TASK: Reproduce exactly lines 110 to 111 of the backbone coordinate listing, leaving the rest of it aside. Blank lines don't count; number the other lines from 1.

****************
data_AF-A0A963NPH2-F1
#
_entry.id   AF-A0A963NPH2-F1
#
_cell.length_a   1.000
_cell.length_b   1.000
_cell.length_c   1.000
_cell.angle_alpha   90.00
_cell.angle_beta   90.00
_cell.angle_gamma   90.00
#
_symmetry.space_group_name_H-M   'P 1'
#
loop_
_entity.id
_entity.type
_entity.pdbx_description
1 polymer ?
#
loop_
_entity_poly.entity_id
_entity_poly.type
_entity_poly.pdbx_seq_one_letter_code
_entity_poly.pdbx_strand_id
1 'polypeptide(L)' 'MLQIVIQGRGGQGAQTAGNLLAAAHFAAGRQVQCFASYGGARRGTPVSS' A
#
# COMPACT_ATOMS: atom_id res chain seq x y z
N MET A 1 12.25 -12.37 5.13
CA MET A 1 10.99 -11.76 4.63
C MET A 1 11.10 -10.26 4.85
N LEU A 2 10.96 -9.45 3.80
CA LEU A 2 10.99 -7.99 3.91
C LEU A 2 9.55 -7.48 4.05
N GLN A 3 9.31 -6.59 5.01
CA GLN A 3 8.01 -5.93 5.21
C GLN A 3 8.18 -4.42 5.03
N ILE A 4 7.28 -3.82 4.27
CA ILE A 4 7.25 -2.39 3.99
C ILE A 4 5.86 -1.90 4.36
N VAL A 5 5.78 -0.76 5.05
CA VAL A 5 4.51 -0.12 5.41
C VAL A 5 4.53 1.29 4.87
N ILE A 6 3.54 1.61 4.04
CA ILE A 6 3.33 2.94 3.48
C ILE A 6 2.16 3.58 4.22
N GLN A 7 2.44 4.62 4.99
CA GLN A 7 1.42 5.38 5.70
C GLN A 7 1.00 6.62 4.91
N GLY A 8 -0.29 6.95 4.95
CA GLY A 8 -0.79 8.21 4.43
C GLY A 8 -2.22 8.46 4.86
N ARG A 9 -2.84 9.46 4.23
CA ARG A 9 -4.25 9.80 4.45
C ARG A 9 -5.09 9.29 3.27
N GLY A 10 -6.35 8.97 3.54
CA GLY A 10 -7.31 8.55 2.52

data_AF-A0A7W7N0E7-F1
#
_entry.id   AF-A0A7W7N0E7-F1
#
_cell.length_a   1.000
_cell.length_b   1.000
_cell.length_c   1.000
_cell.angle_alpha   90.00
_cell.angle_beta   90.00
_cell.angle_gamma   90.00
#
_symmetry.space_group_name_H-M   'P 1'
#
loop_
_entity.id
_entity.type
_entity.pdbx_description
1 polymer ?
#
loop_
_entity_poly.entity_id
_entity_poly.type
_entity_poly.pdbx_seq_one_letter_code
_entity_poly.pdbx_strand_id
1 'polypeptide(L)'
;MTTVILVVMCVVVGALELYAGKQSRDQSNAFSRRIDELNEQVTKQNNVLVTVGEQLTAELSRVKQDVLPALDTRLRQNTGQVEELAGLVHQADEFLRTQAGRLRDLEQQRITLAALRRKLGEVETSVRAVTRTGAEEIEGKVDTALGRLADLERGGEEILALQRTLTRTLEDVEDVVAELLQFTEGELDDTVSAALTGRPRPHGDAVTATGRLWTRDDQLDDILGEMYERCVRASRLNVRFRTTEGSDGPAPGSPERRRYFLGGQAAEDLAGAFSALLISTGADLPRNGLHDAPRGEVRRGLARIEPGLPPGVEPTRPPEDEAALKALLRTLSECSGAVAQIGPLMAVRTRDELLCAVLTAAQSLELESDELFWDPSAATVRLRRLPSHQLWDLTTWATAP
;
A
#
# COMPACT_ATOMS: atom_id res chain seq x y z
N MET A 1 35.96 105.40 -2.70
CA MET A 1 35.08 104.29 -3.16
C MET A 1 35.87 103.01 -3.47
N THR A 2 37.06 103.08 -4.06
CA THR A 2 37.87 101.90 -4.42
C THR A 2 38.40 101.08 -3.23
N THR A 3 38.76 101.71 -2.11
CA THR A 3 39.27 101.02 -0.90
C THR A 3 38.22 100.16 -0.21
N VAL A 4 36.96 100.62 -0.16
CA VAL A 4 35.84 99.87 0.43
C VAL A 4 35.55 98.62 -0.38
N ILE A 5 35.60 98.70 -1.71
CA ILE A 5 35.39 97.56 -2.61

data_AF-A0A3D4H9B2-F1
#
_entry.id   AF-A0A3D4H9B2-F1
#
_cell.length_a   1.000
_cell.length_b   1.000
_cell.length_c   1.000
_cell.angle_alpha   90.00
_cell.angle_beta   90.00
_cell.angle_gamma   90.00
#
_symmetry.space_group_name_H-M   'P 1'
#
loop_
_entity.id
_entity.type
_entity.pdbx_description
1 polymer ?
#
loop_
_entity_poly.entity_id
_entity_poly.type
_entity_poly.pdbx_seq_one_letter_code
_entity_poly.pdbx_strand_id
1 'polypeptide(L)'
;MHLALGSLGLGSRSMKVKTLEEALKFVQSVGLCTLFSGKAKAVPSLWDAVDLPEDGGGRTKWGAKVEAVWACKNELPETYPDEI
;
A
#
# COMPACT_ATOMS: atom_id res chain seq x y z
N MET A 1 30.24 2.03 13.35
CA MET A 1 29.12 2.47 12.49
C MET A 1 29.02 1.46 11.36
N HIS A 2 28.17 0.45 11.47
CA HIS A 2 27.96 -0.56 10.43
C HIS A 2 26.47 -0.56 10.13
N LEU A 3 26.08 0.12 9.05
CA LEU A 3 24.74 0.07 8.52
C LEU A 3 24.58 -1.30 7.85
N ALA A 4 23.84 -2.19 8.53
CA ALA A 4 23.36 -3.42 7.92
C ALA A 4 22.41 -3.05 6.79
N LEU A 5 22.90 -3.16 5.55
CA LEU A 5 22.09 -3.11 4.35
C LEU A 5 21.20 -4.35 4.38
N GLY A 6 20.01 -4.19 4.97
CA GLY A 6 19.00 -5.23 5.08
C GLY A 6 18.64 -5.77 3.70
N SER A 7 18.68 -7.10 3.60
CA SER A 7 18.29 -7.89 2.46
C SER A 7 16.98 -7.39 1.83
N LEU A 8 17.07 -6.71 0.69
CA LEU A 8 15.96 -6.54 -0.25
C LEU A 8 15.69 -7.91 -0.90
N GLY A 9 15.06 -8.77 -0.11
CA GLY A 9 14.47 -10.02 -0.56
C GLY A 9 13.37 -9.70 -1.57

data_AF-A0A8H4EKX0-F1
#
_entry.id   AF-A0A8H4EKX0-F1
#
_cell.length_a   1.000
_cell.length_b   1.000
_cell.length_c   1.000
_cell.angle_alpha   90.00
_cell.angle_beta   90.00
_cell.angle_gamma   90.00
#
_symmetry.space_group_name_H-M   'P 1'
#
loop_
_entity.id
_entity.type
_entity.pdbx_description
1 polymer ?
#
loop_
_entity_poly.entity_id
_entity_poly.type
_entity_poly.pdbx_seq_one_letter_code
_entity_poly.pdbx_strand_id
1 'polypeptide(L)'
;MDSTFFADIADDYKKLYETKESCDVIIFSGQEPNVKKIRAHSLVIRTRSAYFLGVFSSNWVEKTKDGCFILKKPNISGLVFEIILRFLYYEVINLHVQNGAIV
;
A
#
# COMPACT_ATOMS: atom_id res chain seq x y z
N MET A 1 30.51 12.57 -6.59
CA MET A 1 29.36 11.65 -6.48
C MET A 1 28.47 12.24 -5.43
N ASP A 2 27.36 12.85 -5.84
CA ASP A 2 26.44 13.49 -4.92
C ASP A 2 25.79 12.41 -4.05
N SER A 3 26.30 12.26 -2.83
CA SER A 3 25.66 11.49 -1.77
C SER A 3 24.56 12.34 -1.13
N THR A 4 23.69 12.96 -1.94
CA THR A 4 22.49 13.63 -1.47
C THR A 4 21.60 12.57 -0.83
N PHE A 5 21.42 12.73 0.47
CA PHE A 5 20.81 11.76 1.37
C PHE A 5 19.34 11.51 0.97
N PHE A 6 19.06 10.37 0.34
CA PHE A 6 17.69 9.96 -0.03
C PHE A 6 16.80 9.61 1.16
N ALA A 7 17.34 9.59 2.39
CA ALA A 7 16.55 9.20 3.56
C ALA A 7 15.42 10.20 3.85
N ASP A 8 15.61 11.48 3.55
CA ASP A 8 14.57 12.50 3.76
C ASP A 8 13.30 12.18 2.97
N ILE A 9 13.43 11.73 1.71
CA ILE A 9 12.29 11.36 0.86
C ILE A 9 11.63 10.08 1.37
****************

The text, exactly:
_cell.angle_gamma   90.00
#